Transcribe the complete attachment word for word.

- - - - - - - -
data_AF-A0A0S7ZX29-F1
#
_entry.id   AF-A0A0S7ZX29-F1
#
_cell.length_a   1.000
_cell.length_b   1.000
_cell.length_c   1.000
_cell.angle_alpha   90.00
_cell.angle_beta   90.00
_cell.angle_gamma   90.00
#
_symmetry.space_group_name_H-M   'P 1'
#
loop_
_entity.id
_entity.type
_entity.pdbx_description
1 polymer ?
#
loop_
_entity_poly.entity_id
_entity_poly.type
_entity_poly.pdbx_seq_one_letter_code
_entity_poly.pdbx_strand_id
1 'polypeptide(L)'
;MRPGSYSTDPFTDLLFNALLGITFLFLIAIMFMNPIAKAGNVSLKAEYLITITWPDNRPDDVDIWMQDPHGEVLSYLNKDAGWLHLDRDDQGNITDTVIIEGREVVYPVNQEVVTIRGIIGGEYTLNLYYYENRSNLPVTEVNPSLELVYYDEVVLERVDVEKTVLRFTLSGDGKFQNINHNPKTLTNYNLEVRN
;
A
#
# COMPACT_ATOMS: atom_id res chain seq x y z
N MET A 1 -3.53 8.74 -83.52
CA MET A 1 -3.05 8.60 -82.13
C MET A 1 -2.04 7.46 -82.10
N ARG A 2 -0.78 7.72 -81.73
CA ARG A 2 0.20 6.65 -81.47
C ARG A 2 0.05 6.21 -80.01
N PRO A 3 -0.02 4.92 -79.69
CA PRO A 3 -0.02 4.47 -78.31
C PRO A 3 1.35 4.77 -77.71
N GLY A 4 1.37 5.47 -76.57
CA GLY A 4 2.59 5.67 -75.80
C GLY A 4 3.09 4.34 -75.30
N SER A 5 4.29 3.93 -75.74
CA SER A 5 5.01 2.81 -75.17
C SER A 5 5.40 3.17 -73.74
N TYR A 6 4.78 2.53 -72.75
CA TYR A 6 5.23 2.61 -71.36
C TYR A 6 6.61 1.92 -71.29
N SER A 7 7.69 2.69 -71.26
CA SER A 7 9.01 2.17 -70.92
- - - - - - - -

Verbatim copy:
data_AF-A0A0S7ZX29-F1
#
_entry.id   AF-A0A0S7ZX29-F1
#
_cell.length_a   1.000
_cell.length_b   1.000
_cell.length_c   1.000
_cell.angle_alpha   90.00
_cell.angle_beta   90.00
_cell.angle_gamma   90.00
#
_symmetry.space_group_name_H-M   'P 1'
#
loop_
_entity.id
_entity.type
_entity.pdbx_description
1 polymer ?
#
loop_
_entity_poly.entity_id
_entity_poly.type
_entity_poly.pdbx_seq_one_letter_code
_entity_poly.pdbx_strand_id
1 'polypeptide(L)'
;MRPGSYSTDPFTDLLFNALLGITFLFLIAIMFMNPIAKAGNVSLKAEYLITITWPDNRPDDVDIWMQDPHGEVLSYLNKDAGWLHLDRDDQGNITDTVIIEGREVVYPVNQEVVTIRGIIGGEYTLNLYYYENRSNLPVTEVNPSLELVYYDEVVLERVDVEKTVLRFTLSGDGKFQNINHNPKTLTNYNLEVRN
;
A
#
# COMPACT_ATOMS: atom_id res chain seq x y z
N MET A 1 -3.53 8.74 -83.52
CA MET A 1 -3.05 8.60 -82.13
C MET A 1 -2.04 7.46 -82.10
N ARG A 2 -0.78 7.72 -81.73
CA ARG A 2 0.20 6.65 -81.47
C ARG A 2 0.05 6.21 -80.01
N PRO A 3 -0.02 4.92 -79.69
CA PRO A 3 -0.02 4.47 -78.31
C PRO A 3 1.35 4.77 -77.71
N GLY A 4 1.37 5.47 -76.57
CA GLY A 4 2.59 5.67 -75.80
C GLY A 4 3.09 4.34 -75.30
N SER A 5 4.29 3.93 -75.74
CA SER A 5 5.01 2.81 -75.17
C SER A 5 5.40 3.17 -73.74
N TYR A 6 4.78 2.53 -72.75
CA TYR A 6 5.23 2.61 -71.36
C TYR A 6 6.61 1.92 -71.29
N SER A 7 7.69 2.69 -71.26
CA SER A 7 9.01 2.17 -70.92